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Definition of Buoyant

Babylon English

floating; light, lively; cheerful, gay
Buoyant Definition from Language, Idioms & Slang Dictionaries & Glossaries
Webster's Revised Unabridged Dictionary (1913)
(v. t. & i.)
Light-hearted; vivacious; cheerful; as, a buoyant disposition; buoyant spirits.
  
(v. t. & i.)
Having the quality of rising or floating in a fluid; tending to rise or float; as, iron is buoyant in mercury.
  
(v. t. & i.)
Bearing up, as a fluid; sustaining another body by being specifically heavier.
  
Webster's Revised Unabridged Dictionary (1913), edited by Noah Porter. About
hEnglish - advanced version

buoyant
\buoy"ant\ (&?;), a. [from buoy, v. t. & i.]
1. having the quality of rising or floating in a fluid; tending to rise or float; as, iron is buoyant in mercury. "buoyant on the flood."
2. bearing up, as a fluid; sustaining another body by being specifically heavier. the water under me was buoyant.
3. light-hearted; vivacious; cheerful; as, a buoyant disposition; buoyant spirits. -- buoy"ant*ly, adv.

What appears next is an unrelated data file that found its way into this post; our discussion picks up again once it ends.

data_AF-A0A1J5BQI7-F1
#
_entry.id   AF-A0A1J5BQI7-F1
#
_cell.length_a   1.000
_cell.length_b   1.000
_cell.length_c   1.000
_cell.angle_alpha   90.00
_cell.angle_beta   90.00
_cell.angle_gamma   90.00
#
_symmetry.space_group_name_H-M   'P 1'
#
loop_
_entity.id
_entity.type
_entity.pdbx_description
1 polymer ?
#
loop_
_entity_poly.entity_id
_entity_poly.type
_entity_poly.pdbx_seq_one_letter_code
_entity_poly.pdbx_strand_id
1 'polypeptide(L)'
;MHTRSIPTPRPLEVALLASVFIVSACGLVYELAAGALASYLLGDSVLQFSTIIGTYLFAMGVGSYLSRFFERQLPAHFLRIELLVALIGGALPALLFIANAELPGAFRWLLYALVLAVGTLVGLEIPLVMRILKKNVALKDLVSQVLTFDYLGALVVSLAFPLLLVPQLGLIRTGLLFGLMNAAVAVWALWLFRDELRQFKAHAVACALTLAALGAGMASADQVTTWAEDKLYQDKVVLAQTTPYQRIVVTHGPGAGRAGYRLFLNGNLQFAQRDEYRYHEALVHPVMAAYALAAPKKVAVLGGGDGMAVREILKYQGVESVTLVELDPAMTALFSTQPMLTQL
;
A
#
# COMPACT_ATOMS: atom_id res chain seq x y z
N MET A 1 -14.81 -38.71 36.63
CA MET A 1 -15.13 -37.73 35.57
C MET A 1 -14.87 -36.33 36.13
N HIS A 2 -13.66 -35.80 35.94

for Vocabulary Exams of KPDS, YDS,UDS (in Turkey); and SAT in America
Having the power or tendency to float or keep afloat.
Concise English-Irish Dictionary v. 1.1
cheerful: meisneamhail, aerach
WordNet 2.0

Adjective
1. tending to float on a liquid or rise in air or gas; "buoyant balloons"; "buoyant balsawood boats"; "a floaty scarf"
(synonym) floaty
(similar) light
2. characterized by liveliness and light-heartedness; "buoyant spirits"; "his quick wit and chirpy humor"; "looking bright and well and chirpy"; "a perky little widow in her 70s"
(synonym) chirpy, perky
(similar) cheerful
Buoyant Definition from Encyclopedia Dictionaries & Glossaries
English Wikipedia - The Free Encyclopedia
In science, buoyancy ( or ; also known as upthrust) is an upward force exerted by a fluid that opposes the weight of an immersed object. In a column of fluid, pressure increases with depth as a result of the weight of the overlying fluid. Thus the pressure at the bottom of a column of fluid is greater than at the top of the column. Similarly, the pressure at the bottom of an object submerged in a fluid is greater than at the top of the object. This pressure difference results in a net upwards force on the object. The magnitude of that force exerted is proportional to that pressure difference, and (as explained by Archimedes' principle) is equivalent to the weight of the fluid that would otherwise occupy the volume of the object, i.e. the displaced fluid.

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Buoyant Definition from Entertainment & Music Dictionaries & Glossaries
English to Federation-Standard Golic Vulcan
abmarkan-, abmarkanik